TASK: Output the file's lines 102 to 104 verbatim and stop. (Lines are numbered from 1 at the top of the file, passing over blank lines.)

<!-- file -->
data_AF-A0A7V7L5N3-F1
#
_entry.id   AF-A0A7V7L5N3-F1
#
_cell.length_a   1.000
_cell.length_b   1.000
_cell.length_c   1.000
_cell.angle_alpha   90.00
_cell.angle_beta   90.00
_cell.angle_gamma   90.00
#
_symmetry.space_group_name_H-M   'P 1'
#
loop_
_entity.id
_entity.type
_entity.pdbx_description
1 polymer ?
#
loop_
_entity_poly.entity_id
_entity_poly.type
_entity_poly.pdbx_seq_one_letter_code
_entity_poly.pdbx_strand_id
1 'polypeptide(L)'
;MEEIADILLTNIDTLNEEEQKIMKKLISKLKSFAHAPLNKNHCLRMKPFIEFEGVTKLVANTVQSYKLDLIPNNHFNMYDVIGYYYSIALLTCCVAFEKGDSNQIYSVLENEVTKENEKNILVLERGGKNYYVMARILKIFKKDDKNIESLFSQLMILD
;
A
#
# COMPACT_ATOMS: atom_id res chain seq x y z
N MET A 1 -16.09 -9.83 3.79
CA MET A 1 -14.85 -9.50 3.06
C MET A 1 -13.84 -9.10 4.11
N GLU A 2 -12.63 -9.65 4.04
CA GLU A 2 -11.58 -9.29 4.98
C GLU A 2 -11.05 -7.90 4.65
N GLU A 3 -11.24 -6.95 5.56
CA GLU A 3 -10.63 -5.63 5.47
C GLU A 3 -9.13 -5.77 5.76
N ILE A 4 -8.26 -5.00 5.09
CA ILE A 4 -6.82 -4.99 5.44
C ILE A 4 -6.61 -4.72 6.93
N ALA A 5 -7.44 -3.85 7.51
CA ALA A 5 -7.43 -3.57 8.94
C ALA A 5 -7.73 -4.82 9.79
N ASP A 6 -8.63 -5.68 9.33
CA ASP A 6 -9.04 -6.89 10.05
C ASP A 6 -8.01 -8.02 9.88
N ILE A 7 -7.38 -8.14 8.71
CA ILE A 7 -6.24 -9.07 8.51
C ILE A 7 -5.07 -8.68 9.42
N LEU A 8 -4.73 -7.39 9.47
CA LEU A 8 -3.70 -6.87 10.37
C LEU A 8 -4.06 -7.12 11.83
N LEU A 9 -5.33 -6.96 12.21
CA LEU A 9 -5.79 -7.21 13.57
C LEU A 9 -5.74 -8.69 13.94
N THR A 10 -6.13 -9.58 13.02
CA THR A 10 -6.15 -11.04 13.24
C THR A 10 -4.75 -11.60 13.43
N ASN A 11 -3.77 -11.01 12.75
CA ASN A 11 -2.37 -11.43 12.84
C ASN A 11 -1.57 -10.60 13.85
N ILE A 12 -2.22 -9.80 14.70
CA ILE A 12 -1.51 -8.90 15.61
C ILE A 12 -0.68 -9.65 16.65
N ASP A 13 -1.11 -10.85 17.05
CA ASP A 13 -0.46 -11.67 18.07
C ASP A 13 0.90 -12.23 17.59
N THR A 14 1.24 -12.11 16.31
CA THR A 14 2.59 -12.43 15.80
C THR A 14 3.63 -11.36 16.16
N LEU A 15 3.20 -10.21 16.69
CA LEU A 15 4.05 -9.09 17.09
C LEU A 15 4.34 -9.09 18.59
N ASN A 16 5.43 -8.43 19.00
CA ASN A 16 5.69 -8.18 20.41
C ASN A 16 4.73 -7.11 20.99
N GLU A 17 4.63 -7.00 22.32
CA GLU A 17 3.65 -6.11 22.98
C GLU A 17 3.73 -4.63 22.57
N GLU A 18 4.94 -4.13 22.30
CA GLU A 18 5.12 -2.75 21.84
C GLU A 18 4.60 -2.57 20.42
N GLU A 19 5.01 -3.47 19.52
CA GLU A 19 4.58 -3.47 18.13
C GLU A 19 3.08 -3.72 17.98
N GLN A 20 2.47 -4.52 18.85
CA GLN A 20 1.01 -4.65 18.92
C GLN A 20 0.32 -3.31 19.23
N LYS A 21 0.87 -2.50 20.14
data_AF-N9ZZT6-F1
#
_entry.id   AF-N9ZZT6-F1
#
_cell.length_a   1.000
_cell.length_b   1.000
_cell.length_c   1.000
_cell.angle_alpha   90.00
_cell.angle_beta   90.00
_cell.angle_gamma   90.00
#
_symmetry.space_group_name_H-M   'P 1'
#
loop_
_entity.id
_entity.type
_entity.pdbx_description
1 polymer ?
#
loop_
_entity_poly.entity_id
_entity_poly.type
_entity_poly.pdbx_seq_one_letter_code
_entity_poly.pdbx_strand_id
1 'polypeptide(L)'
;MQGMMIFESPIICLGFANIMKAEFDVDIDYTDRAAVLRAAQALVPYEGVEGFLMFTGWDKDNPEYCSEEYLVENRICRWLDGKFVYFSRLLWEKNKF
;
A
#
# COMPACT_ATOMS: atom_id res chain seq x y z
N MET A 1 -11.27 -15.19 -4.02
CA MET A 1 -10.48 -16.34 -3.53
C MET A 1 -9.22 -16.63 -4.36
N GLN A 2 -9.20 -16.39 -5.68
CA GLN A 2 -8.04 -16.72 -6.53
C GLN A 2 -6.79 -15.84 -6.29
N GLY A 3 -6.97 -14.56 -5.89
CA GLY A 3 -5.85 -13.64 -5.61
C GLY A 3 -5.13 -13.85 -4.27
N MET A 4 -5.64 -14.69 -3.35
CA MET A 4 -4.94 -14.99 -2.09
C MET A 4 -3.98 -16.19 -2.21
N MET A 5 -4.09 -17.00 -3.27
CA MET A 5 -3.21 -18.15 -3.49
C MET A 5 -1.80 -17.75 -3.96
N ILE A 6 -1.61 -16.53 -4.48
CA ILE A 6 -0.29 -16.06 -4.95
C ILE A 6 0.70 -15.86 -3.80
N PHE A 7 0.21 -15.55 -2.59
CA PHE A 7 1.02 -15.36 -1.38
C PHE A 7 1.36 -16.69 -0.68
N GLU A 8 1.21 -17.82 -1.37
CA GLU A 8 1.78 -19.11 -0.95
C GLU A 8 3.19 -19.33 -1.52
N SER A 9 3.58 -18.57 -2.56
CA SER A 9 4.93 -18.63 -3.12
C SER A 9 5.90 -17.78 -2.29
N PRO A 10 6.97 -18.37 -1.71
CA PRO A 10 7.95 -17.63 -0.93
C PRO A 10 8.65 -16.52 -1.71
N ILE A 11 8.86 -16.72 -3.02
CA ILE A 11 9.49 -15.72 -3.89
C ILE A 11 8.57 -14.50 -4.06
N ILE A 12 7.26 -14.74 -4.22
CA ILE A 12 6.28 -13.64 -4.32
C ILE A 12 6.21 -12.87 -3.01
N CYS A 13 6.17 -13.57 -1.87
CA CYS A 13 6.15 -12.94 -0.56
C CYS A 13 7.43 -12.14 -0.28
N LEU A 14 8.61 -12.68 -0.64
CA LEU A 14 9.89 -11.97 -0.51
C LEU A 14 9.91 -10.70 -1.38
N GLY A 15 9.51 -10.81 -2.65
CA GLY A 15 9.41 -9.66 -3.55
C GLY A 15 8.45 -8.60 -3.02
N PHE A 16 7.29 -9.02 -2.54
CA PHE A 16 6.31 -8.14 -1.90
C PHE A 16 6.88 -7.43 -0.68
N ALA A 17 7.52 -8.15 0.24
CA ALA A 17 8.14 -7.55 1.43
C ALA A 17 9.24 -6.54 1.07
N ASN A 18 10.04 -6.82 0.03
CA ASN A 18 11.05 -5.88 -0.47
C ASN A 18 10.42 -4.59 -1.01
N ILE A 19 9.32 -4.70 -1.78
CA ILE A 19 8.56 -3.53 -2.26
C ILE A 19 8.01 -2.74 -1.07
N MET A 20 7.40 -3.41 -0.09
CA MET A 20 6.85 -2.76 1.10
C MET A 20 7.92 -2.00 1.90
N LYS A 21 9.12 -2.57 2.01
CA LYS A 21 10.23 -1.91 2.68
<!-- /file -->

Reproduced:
#
_symmetry.space_group_name_H-M   'P 1'
#